To all the faithful in Christ, to whom this present writing shall come, Gwydo de Brione, the younger [wishes] eternal salvation in the Lord. Let all of you know that we have granted to our beloved and faithful burgesses of Thalacharn, for us and for our heirs and for our successors, whoever they may be, all the good laws and customs that the burgesses of Carmarthen have up to now used and enjoyed in the time of King John, the grandfather of the Lord Edward I, the son of Henry III, and their predeccessors, Kings of England; preserving the weights and measures that were in the time of Gwydo de Brione, the elder.
We have also granted to the same men a free common in all our northern wood, that is to say, in the whole forest of Coydebech, and all that common pasture in the marsh of Thalacharn which is called Menecors along the marks and boundaries as it is perambulated, and also all that free common from the rivulet which is named Mackorellis on proceeding upwards as far as Greensladeshead, and so towards the east over Eynonsdown by the way that leads to Brangweys, and from there to Corranshead and so upwards to Horilake and from there to the top of Tadhill, and so downwards to Passenant’s Lake and so towards the east to the bounds between Moldhill and that carrucate of land that formerly belonged to Rice, the son of William and downwards to the water of the Taf and so to Heming’s well and from there upwards to Horestone and so to Pensernes and from there downwards to Blindwell and so to Rochcomb and so downwards to the ancient whirlpool of the Taf and from there to Howelscroft and so upwards to the Burch and Mere, and so downwards to the long rock which is near our virgate of Thalacharn.
Also we have granted to the same men one way sixteen feet in which to drive their cattle from the common pasture aforesaid near Passenant’s lake to the water of the Taf.
Also we have granted to the same men one customary acre in length and breadth for digging turfs where they suitably wish to choose in the Turbary near Passenant’s Lake.
We have also granted to our burgesses aforesaid that they themselves for the transgression or forfeiture of their servants may not lose their own chattels and goods found in the hands of the servants or placed aside anywhere by the servants themselves within our land, as far as they will be able to prove that they are their own. And that, if the aforesaid burgesses, or some among them, within our land have died testate or intestate, neither we nor our heirs shall cause their goods to be confiscated so that their heirs do not have the things themselves entirely, as far as it will be established that the aforesaid chattels were those of the said deceased, provided that then knowledge or confidence may be had concerning the aforesaid heirs.
Also we have granted to the same men that no one of them within our land be troubled for the debt of some neighbour, unless he be his debtor or his surety, and that the surety of any one should not be compelled to pay, provided the debtor has wherewith he can pay, and that all off ences committed within their township be corrected according to the judgment of the same people, as has hitherto been accustomed to be done in the borough of Kymarden. We have also granted to the same men, if anyone of them within his township shall have incurred forfeiture towards anyone, he may not be led within the gates of the castle, provided that then he can find good and safe sureties for his standing trial. And that no one of them be compelled to provide his lord, or any bailiff of his, beyond twelve pence, unless he wishes to do it of his own good will, and that no inquisition of affairs of non-burgesses be made by the aforesaid burgesses, but by the freeholders of the country, nor of the burgesses by non-burgesses.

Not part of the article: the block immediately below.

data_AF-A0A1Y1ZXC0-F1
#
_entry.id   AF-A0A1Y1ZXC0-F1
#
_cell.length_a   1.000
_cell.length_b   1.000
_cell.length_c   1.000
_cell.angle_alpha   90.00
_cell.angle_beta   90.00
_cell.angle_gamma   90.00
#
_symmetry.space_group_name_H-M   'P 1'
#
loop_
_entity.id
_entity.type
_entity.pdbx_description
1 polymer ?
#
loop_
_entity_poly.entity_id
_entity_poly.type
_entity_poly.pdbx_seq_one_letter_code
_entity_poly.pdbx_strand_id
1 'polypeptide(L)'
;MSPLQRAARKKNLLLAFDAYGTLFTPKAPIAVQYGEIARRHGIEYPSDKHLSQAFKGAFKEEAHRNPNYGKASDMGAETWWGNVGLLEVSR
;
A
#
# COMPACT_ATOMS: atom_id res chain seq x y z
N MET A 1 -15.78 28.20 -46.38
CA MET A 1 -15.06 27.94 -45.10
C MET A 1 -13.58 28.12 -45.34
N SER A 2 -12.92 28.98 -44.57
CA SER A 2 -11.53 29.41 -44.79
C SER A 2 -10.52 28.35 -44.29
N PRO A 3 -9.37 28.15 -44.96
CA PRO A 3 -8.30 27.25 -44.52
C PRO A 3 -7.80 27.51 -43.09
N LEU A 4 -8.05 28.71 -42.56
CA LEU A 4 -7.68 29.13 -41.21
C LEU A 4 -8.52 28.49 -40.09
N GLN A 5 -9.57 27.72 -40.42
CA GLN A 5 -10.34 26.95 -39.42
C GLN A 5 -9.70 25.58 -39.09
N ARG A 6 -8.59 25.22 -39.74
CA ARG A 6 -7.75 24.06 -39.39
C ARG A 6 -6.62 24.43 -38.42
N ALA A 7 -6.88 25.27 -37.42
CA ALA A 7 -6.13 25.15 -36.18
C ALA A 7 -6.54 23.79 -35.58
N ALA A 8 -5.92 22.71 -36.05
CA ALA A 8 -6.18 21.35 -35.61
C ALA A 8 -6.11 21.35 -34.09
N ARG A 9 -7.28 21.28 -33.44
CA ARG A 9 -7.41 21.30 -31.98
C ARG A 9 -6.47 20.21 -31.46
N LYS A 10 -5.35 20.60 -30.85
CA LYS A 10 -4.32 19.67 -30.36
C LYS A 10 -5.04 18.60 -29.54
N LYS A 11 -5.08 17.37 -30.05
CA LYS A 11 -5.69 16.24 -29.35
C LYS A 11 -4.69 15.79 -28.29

Also we have granted to the same our burgesses that they themselves choose twice in a year two competent burgesses to the office of our Port- reeve, that is to say one in the next hundred-court after the feast of Saint Michael, the other in the next hundred-court after Easter, by the common consent of the same men and not by our authority or that of someone, a bailiff of ours, to hold the hundred-court and to receive the attachments belonging to the hundred and to receive the rent from the township and the toll. And that the said portreeves pay the aforesaid rent and toll to us or to our aforesaid bailiff, appointed for this purpose, within the township of Thalacharn by Tally.
And that they should not have any other duty of buying of exchange, or any other service whatsoever that could harm them within the township or without.
We have also granted to the same men that the aforesaid burgesses be free from every kind of servitude and service of ploughing, harrowing, making hay, reaping, binding corn and of any kind of carting, of repsiring the mill or its pond and from all other kinds of services that could tend to their slavery or their loss within the township and without.
And that they go not to the army except to guard their township, as the burgesses of Kymarden do.